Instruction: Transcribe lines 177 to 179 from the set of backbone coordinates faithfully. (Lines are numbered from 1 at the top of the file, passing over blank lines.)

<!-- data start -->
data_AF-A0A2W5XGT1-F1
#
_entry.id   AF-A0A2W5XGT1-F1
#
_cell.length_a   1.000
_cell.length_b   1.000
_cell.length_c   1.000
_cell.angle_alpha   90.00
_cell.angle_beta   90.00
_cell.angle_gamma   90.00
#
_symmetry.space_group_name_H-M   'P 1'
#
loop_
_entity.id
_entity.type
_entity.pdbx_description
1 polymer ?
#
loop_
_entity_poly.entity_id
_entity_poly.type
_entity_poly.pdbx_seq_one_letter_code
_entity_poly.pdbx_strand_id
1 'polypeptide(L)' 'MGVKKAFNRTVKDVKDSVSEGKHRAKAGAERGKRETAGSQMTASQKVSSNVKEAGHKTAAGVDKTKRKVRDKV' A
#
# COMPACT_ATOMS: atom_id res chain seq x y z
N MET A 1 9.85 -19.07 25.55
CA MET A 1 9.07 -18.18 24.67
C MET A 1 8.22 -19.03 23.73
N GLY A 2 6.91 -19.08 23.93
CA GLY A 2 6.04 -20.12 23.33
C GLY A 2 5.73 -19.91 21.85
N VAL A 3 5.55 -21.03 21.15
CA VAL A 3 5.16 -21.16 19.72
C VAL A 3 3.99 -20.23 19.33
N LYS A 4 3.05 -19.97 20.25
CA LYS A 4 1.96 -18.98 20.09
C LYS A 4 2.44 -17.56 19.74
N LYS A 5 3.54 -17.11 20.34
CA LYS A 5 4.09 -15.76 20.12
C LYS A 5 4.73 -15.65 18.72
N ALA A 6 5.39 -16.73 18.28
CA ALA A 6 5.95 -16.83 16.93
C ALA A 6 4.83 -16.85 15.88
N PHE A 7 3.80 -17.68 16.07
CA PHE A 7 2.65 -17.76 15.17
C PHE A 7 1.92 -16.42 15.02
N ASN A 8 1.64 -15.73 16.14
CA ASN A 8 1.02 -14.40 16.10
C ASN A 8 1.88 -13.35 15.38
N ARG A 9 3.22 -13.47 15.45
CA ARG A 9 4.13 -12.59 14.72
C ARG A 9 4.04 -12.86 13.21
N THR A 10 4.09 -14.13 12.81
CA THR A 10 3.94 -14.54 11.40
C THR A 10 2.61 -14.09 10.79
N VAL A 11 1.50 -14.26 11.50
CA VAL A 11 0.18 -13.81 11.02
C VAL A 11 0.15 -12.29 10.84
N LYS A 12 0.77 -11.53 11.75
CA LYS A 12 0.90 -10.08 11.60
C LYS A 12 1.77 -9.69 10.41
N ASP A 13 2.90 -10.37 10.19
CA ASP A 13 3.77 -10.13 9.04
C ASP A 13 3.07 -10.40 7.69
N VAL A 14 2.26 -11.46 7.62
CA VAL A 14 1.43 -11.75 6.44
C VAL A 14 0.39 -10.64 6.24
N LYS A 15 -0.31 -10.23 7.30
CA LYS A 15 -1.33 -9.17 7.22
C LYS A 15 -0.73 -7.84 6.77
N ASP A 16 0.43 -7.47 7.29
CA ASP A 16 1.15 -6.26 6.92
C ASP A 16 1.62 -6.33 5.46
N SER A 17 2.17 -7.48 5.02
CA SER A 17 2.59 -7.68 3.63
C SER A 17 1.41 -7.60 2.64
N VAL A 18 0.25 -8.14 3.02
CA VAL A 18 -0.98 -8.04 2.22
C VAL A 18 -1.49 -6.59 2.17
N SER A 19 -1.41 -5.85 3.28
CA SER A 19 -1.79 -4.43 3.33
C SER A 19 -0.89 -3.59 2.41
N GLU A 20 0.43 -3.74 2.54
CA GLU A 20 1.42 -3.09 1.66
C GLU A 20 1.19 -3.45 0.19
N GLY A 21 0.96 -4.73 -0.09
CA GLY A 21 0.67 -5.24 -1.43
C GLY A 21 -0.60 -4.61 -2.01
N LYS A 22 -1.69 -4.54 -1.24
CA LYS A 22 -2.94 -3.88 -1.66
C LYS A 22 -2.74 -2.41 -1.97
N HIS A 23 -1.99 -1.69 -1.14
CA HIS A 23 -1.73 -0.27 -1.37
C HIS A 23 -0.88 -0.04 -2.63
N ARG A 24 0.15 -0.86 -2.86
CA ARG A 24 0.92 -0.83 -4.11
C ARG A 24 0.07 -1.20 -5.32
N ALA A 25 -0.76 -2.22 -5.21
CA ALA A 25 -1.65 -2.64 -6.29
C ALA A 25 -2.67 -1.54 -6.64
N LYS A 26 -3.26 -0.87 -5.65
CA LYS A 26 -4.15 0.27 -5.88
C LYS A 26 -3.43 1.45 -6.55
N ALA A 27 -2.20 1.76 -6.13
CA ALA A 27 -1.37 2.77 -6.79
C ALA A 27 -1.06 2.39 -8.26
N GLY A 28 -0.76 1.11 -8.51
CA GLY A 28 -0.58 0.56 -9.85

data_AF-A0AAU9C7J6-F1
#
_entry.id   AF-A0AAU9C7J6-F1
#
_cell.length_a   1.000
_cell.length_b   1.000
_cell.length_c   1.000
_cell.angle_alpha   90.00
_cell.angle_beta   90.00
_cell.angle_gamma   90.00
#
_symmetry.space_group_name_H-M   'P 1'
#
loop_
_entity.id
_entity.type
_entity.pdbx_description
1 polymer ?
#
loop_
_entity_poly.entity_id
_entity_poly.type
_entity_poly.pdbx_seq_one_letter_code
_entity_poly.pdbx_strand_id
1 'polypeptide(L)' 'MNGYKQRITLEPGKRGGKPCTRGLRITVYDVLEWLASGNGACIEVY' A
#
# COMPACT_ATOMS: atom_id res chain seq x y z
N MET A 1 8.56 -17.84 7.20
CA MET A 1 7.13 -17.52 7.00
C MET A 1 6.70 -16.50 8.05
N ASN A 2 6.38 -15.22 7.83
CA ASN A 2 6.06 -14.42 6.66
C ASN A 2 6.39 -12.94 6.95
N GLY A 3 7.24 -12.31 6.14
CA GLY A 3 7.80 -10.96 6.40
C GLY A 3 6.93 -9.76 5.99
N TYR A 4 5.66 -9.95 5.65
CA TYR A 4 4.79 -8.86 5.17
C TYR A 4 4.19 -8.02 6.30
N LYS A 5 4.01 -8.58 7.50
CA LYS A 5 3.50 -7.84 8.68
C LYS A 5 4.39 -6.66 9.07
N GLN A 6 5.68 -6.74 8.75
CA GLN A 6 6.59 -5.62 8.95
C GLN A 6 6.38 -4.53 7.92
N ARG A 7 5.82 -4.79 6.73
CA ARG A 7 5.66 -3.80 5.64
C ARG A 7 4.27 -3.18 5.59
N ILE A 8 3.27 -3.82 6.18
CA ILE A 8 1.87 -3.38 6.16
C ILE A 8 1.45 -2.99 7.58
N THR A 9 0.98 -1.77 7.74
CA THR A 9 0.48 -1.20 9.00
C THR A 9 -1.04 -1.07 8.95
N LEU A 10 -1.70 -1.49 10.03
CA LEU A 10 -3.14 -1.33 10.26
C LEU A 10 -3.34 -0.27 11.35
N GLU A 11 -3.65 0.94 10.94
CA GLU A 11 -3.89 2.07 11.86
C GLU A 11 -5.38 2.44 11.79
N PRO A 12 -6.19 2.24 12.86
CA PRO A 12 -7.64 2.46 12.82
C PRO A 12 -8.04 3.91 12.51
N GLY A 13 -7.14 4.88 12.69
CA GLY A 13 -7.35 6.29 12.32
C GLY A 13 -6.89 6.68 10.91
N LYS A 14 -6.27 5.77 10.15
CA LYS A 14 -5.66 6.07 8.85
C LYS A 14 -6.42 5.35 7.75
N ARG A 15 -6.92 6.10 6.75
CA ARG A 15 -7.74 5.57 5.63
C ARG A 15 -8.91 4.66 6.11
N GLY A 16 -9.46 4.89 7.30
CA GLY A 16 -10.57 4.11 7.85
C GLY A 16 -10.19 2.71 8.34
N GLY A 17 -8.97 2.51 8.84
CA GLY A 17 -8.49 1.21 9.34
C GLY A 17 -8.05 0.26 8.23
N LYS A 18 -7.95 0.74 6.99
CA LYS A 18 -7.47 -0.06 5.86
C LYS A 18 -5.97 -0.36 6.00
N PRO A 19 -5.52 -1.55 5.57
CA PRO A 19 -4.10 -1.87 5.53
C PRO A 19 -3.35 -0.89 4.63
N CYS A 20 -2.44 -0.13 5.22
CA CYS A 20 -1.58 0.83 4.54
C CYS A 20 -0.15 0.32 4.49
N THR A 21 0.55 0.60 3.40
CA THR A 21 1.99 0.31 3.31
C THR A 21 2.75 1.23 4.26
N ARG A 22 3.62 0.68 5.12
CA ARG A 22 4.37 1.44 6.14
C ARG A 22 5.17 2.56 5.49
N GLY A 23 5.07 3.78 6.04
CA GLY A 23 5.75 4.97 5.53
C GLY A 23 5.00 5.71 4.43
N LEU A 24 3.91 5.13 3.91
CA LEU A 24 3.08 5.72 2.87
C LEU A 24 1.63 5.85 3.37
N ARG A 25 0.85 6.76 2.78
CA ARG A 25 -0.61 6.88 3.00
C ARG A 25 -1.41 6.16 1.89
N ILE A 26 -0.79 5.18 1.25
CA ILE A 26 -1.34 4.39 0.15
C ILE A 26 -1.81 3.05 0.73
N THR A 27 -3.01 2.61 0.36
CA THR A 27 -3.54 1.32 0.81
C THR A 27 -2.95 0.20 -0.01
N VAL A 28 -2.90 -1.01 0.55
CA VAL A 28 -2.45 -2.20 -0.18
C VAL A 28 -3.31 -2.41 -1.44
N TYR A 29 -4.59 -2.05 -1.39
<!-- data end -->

N LYS A 14 -6.27 5.77 10.15
CA LYS A 14 -5.66 6.07 8.85
C LYS A 14 -6.42 5.35 7.75